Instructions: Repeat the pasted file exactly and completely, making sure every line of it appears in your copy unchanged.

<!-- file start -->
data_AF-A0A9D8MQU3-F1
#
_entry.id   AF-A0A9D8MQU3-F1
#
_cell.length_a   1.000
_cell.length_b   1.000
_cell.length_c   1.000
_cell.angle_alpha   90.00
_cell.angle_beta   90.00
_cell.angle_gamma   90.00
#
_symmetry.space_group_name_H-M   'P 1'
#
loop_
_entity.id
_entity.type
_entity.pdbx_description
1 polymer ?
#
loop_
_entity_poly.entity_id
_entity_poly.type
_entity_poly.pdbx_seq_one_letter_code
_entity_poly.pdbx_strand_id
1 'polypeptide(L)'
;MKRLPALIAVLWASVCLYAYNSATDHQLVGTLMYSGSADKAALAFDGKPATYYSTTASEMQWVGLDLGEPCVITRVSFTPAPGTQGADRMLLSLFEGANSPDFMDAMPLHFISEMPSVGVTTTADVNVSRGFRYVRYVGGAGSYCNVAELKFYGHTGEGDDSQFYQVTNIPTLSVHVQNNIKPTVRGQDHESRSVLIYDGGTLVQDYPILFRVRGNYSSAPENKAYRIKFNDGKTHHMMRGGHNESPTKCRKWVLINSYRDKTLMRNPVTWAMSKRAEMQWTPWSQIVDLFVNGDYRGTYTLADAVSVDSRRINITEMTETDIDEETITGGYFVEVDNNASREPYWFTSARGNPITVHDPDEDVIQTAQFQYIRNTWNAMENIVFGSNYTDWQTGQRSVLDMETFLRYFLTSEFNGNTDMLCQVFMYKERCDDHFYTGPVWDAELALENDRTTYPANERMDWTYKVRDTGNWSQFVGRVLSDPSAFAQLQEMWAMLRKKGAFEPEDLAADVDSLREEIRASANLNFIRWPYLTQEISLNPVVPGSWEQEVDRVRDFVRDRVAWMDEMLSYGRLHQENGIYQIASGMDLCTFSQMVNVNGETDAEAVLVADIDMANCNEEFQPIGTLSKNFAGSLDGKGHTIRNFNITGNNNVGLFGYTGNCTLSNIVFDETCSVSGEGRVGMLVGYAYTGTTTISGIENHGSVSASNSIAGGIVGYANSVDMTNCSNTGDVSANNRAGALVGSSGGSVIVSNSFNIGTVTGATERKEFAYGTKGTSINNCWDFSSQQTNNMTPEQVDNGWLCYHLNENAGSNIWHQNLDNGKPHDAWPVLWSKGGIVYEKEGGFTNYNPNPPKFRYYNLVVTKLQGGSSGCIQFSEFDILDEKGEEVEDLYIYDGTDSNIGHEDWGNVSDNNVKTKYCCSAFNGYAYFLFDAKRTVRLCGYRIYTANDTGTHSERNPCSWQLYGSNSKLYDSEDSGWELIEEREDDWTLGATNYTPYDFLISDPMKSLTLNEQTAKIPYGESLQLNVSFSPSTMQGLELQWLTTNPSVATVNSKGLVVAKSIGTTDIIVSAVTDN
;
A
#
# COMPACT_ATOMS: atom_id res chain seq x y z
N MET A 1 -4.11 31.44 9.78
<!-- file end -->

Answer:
data_AF-A0A9D8MQU3-F1
#
_entry.id   AF-A0A9D8MQU3-F1
#
_cell.length_a   1.000
_cell.length_b   1.000
_cell.length_c   1.000
_cell.angle_alpha   90.00
_cell.angle_beta   90.00
_cell.angle_gamma   90.00
#
_symmetry.space_group_name_H-M   'P 1'
#
loop_
_entity.id
_entity.type
_entity.pdbx_description
1 polymer ?
#
loop_
_entity_poly.entity_id
_entity_poly.type
_entity_poly.pdbx_seq_one_letter_code
_entity_poly.pdbx_strand_id
1 'polypeptide(L)'
;MKRLPALIAVLWASVCLYAYNSATDHQLVGTLMYSGSADKAALAFDGKPATYYSTTASEMQWVGLDLGEPCVITRVSFTPAPGTQGADRMLLSLFEGANSPDFMDAMPLHFISEMPSVGVTTTADVNVSRGFRYVRYVGGAGSYCNVAELKFYGHTGEGDDSQFYQVTNIPTLSVHVQNNIKPTVRGQDHESRSVLIYDGGTLVQDYPILFRVRGNYSSAPENKAYRIKFNDGKTHHMMRGGHNESPTKCRKWVLINSYRDKTLMRNPVTWAMSKRAEMQWTPWSQIVDLFVNGDYRGTYTLADAVSVDSRRINITEMTETDIDEETITGGYFVEVDNNASREPYWFTSARGNPITVHDPDEDVIQTAQFQYIRNTWNAMENIVFGSNYTDWQTGQRSVLDMETFLRYFLTSEFNGNTDMLCQVFMYKERCDDHFYTGPVWDAELALENDRTTYPANERMDWTYKVRDTGNWSQFVGRVLSDPSAFAQLQEMWAMLRKKGAFEPEDLAADVDSLREEIRASANLNFIRWPYLTQEISLNPVVPGSWEQEVDRVRDFVRDRVAWMDEMLSYGRLHQENGIYQIASGMDLCTFSQMVNVNGETDAEAVLVADIDMANCNEEFQPIGTLSKNFAGSLDGKGHTIRNFNITGNNNVGLFGYTGNCTLSNIVFDETCSVSGEGRVGMLVGYAYTGTTTISGIENHGSVSASNSIAGGIVGYANSVDMTNCSNTGDVSANNRAGALVGSSGGSVIVSNSFNIGTVTGATERKEFAYGTKGTSINNCWDFSSQQTNNMTPEQVDNGWLCYHLNENAGSNIWHQNLDNGKPHDAWPVLWSKGGIVYEKEGGFTNYNPNPPKFRYYNLVVTKLQGGSSGCIQFSEFDILDEKGEEVEDLYIYDGTDSNIGHEDWGNVSDNNVKTKYCCSAFNGYAYFLFDAKRTVRLCGYRIYTANDTGTHSERNPCSWQLYGSNSKLYDSEDSGWELIEEREDDWTLGATNYTPYDFLISDPMKSLTLNEQTAKIPYGESLQLNVSFSPSTMQGLELQWLTTNPSVATVNSKGLVVAKSIGTTDIIVSAVTDN
;
A
#
# COMPACT_ATOMS: atom_id res chain seq x y z
N MET A 1 -4.11 31.44 9.78